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    Veggies in Diet May Cut Lung Cancer Risk

    Benefit May Include Current Smokers, Study Shows
    By
    WebMD Health News
    Reviewed by Louise Chang, MD

    Sept. 27, 2005 -- The health perks of eating your vegetables may include a lower risk of lung cancer, new research shows.

    The finding, published in The Journal of the American Medical Association, isn't written in stone. More work is needed to check the results, write Matthew Schabath, PhD, and colleagues.

    Schabath works at the University of Texas M.D. Anderson Cancer Center.

    Preventing Lung Cancer

    Quitting smoking is the best way to prevent lung cancer, states the editorial.

    Meanwhile, eating a diet rich in fruits, vegetables, whole grains, legumes, and other plant-based products may help.

    "Patients should be informed that they may further reduce their risk of developing cancer by adopting a diet rich in fruits and vegetables," states the editorial.

    The editorialists included Lawrence Dacey, MD, MS. Dacey works in the departments of surgery and community and family medicine at New Hampshire's Dartmouth-Hitchcock Medical Center.

    Lung Cancer, Diet Studied

    Schabath's study included more than 1,600 lung cancer patients and compared them with more than 1,700 people without lung cancer.

    Participants were asked about their diets in the year before lung cancer diagnosis or in the year before the study (if they didn't have lung cancer).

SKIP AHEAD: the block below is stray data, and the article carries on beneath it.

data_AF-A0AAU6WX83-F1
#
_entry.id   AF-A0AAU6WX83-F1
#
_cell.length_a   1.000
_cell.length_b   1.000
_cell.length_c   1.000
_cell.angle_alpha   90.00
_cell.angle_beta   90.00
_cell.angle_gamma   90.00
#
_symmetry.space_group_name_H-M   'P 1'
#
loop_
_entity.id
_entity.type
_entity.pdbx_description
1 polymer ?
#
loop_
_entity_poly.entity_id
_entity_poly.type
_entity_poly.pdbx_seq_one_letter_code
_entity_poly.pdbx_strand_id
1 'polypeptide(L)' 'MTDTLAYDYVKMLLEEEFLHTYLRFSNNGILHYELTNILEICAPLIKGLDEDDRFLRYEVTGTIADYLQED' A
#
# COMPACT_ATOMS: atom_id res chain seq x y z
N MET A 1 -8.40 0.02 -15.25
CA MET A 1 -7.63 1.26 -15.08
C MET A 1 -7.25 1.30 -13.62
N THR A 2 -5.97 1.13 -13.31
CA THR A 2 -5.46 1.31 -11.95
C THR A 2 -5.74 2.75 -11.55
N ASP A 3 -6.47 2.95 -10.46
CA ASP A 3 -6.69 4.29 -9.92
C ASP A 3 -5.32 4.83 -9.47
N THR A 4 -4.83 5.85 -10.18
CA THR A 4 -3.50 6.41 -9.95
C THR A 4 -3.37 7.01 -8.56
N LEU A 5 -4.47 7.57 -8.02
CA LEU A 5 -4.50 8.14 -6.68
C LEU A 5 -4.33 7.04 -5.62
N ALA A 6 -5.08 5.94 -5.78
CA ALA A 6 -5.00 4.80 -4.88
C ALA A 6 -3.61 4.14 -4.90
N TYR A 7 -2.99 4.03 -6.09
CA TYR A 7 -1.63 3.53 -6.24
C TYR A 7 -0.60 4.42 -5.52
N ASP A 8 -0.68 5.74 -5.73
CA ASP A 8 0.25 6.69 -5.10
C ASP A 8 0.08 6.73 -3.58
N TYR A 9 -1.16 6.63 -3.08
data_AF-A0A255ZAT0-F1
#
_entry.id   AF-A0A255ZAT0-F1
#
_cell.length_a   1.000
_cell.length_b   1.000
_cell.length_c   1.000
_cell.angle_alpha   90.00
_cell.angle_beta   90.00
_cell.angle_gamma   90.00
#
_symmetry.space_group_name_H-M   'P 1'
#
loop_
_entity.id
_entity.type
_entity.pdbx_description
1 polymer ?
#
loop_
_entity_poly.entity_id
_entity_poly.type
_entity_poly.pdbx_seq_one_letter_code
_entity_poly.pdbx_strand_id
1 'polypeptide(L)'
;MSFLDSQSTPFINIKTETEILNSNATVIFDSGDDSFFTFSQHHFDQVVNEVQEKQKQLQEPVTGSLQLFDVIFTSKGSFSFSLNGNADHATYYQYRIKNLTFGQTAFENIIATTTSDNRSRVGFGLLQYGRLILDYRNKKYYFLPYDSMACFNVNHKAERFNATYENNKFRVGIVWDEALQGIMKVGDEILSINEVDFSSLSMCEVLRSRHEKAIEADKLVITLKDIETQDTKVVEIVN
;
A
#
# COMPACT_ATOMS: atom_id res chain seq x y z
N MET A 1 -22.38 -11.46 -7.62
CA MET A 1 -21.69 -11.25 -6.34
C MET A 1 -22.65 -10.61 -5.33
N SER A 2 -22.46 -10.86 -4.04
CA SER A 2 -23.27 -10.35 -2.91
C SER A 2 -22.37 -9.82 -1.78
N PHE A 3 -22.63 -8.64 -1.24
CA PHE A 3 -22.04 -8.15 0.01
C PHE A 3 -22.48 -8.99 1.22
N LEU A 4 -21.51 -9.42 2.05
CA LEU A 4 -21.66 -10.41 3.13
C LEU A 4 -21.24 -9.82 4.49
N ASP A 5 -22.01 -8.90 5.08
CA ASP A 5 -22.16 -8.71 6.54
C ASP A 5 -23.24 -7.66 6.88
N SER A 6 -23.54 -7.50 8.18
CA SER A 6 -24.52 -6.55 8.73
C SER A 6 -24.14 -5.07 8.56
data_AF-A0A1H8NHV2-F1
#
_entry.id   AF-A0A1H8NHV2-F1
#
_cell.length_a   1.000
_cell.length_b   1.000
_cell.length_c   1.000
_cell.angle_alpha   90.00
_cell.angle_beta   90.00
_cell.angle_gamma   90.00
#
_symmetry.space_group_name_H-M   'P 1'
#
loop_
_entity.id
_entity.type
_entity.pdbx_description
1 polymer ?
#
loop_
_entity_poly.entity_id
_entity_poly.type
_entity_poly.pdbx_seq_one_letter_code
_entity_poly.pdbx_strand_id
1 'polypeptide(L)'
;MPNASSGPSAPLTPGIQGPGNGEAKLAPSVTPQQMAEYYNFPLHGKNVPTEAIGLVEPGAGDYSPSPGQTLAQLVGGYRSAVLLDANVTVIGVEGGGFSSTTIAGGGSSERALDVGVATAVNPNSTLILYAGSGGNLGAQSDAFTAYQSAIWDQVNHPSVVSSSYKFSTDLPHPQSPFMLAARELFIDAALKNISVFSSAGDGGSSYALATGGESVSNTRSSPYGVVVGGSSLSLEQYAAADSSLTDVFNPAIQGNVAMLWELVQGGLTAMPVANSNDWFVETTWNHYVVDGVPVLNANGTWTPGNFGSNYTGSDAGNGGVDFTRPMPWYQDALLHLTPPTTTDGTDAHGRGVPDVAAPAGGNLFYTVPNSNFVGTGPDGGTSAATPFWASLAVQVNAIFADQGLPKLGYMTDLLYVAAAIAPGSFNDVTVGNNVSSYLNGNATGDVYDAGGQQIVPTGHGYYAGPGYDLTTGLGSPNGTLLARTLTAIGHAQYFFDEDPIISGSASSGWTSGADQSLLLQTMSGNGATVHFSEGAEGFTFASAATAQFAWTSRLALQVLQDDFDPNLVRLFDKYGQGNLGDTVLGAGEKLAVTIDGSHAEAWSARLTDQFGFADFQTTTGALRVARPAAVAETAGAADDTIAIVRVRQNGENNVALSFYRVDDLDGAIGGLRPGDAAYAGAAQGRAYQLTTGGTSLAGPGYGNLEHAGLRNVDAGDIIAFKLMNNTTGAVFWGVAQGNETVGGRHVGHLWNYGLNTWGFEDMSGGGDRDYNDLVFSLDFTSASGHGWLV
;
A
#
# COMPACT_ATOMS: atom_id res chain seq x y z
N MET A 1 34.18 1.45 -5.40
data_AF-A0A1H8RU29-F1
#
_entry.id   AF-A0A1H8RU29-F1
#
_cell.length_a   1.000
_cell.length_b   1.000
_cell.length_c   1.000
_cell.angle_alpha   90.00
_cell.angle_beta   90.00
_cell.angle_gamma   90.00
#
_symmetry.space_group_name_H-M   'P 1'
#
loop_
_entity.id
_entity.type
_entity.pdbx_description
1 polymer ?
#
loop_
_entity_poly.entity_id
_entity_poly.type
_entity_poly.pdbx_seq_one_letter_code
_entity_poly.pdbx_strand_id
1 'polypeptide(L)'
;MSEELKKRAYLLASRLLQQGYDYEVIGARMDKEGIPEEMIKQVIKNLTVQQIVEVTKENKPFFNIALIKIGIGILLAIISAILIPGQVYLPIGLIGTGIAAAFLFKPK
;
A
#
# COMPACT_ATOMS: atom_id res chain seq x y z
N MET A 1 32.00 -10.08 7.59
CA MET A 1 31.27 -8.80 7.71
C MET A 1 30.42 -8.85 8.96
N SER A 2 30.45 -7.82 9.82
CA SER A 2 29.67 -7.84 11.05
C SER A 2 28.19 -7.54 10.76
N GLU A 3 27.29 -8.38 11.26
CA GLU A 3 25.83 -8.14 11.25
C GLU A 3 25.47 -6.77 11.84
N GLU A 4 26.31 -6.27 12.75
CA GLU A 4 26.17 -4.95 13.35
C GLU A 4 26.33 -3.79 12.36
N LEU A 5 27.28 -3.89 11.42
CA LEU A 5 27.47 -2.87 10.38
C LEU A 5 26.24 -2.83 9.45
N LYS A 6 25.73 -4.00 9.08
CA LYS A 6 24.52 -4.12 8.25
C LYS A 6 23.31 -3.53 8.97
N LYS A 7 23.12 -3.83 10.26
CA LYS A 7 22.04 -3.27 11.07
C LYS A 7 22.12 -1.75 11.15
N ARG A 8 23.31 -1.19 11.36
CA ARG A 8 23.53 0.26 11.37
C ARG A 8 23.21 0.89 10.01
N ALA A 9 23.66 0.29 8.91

Special attention was paid to foods including soy, beans, broccoli, spinach, carrots, tea, and rye. Those items include natural compounds called phytoestrogens.

    Phytoestrogens have "weak estrogen-like activity," write Schabath and colleagues.

    The scientists had previously found lower lung cancer risk for women who reported using hormone therapy. They wanted to see if the same was true for phytoestrogens.

    Smokers, Nonsmokers Included

    Some lung cancer patients have never smoked cigarettes, and not all smokers develop lung cancer. So smoking habits were noted.

    People were called "ever smokers" if they had smoked at least 100 cigarettes in their lifetime.

    Former smokers were those who had quit smoking at least a year before being diagnosed with lung cancer or before the study was done.

    Most people -- with or without lung cancer -- were former smokers. Current smokers came in second. Few people were nonsmokers.

    Study's Results

    The study showed that overall, the people who consumed the highest amount of phytoestrogens from food had nearly half the lung cancer risk as those with the lowest phytoestrogen intake from food.

    The pattern was strongest in nonsmokers. It was also seen in current smokers, but less so in former smokers, the researchers report.

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